Monday, March 2, 2009
Donors discuss rebuilding Gaza
Conditions will be attached to the $300m Hillary Clinton, left, is set to hand over for Gaza [AFP]
International donors meeting in Egypt are expected to pledge billions of dollars to
rebuild the Gaza Strip after it was battered during Israel's 22-day offensive earlier this year.
Opening the conference in Sharm el-Sheikh on Tuesday, Hosni Mubarak, the Egyptian president, urged donors to give generously, but said aid would not compensate for the 1,300 Palestinian lives lost during the war.
"I reach to you with an appeal from the heart to declare tangible pledges," he said.
Up to 75 countries and international organisations are being asked to fund a $2.8bn reconstruction plan designed by Salam Fayyad, the Palestinian prime minister, who wants a large part of the money to be channelled through the West Bank-based Palestinian Authority.
Ahead of Tuesday's conference, the US state department announced that Washington would contribute $300m to meet "urgent" humanitarian needs in Gaza.
It remains unclear though how the planned reconstruction of Gaza will be undertaken. The territory is controlled by Hamas and Israel has said it will refuse to approve projects that could benefit the group.
"We definitely don't want to see the goodwill of the international community exploited by Hamas and serve Hamas's extremist purposes," Mark Regev, an Israeli government spokesman, said. Hamas took full control of Gaza in June 2007 after driving out security forces loyal to Mahmoud Abbas, the Palestinian Authority president and leader of the rival Fatah group. Hamas, which has not been invited to the conference in Egypt and is labelled a "terrorist" group by the US and the EU, has prepared its own reconstruction plan.
"We are welcoming anyone who wants to reconstruct Gaza, but without any political terms on Hamas or on the Palestinian people," Osama Hamdan, a Beirut-based Hamas official, told Al Jazeera.
Israel's blockade of the territory continues to prevent supplies, including construction materials, from crossing into Gaza.
Marc Gopin, from the Institute for Conflict Analysis and Resolution at George Mason University, told Al Jazeera that the donors' conference was "an attempt to demonstrate humanitarian concern".
The Ramallah-based Palestinian Authority (PA) says $2.8bn is needed to rebuild Gaza.
A total of $2.25bn has already been pledged by Saudi Arabia ($1bn), Qatar ($250m), Algeria ($100m) and the US ($900m).
The US says its financial assistance cannot be channelled through Gaza's Hamas-run government.
Israel has barred entry of material which it says may have military use, such as cement and steel rods.
But, he said, there was "no real addressing of the political fallout in the long run, as to whether there's going to be reconciliation between Fatah and Hamas and whether in fact this aid can really ever get in".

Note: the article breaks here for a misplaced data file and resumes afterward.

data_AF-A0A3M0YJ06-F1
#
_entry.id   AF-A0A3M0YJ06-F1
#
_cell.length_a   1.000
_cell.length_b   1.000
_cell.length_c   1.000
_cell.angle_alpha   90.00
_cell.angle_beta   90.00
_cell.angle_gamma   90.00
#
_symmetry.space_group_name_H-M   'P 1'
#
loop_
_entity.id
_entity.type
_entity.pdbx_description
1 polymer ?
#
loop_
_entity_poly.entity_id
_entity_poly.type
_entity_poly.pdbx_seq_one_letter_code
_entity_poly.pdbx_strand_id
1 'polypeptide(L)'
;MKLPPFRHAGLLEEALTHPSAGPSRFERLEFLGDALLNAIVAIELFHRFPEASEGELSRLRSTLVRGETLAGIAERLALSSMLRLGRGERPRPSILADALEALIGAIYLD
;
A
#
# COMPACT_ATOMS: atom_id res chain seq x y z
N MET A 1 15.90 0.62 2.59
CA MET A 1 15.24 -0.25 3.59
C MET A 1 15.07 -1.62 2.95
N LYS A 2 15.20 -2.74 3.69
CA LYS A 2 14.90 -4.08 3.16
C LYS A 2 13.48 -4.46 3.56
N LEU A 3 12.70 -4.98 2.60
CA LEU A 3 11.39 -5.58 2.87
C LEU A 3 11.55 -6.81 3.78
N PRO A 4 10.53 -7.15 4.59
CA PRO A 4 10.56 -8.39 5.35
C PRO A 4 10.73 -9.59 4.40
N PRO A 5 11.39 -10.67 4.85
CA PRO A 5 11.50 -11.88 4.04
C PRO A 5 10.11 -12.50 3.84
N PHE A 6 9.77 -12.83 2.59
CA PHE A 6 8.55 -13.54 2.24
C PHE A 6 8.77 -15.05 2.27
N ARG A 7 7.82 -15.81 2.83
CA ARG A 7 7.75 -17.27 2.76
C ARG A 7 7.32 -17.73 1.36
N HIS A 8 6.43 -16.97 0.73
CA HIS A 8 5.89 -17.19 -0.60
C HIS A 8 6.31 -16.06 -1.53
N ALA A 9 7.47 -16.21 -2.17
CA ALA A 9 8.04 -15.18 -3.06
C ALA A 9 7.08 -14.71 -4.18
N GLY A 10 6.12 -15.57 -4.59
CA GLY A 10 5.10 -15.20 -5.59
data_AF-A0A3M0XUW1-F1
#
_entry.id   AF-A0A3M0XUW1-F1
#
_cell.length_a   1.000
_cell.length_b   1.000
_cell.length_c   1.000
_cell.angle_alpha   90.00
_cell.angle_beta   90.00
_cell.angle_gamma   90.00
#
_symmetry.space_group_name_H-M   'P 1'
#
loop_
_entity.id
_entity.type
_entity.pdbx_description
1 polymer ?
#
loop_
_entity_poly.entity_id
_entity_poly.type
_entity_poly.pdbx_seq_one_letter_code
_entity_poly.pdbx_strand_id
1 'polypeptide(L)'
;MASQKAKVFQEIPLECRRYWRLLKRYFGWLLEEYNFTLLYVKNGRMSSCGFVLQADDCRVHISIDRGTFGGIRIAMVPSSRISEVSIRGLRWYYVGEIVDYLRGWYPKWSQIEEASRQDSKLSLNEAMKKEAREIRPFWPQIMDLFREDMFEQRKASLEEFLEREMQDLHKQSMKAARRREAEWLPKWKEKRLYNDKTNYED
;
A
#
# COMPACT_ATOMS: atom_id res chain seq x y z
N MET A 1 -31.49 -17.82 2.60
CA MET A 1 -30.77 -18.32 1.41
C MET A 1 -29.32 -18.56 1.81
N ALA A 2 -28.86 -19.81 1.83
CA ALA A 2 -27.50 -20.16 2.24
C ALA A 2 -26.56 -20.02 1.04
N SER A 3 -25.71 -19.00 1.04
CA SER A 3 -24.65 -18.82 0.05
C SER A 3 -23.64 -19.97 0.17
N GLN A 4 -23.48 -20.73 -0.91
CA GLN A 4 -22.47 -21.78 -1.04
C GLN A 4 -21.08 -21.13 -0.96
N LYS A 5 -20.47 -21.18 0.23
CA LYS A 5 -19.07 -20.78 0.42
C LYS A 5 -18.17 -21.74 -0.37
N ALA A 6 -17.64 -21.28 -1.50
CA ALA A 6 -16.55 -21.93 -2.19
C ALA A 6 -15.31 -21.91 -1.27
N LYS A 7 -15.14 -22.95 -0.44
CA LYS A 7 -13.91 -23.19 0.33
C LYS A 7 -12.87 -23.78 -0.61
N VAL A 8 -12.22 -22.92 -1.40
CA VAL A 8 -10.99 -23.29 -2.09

"They can't even get in humanitarian aid at this point because the [Israeli] blockade is so severe."
Mubarak also told delegates at the conference that the "priority is to reach a truce between Israel and Palestinians". The Israeli assault on the Gaza Strip ended after Israel called a halt to the fighting on January 18. Hamas announced its own ceasefire
the following day.
More than 1,300 Palestinians, including women and children, died during the war on Gaza, which Israel launched with the stated aim of preventing rocket fire from fighters based in the coastal territory. At least 13 Israelis, three of them civilians, were also killed. However, rocket fire has continued and Ehud Olmert, the outgoing Israeli prime minister, on Sunday vowed a "painful" response if the attacks on southern Israel did not stop.
Hillary Clinton, on her first visit to the Middle East since becoming the US secretary of state, said on Friday that the US aid, which will include another $600m for the Palestinian Authority, would depend on how well the Palestinians meet conditions imposed by the so-called Quartet of the United States, the European Union, the United Nations and Russia. "I will be announcing a commitment to a significant aid package, but it will only be spent if we determine that our goals can be furthered rather than undermined or subverted," she told Voice of America radio.
Robert Wood, a spokesman for the US state department, said the $300m would be funnelled through the UN and other organisations. "Hamas is not getting any of this money," he told reporters.
Saree Makdisi, the author of Palestine Inside Out: An Everyday Occupation, told Al Jazeera that "it sure looks like more of the same" US policy and that there was no difference between Clinton's stance and that of Condoleezza Rice, her predecessor. "The most surprising thing isn't that there's no difference, it's that there's no difference in spite of the fact that the [incoming] Israeli government has taken an even more belligerent stand" against the Palestinians and on honouring international law, he said.
Source: Al Jazeera and agencies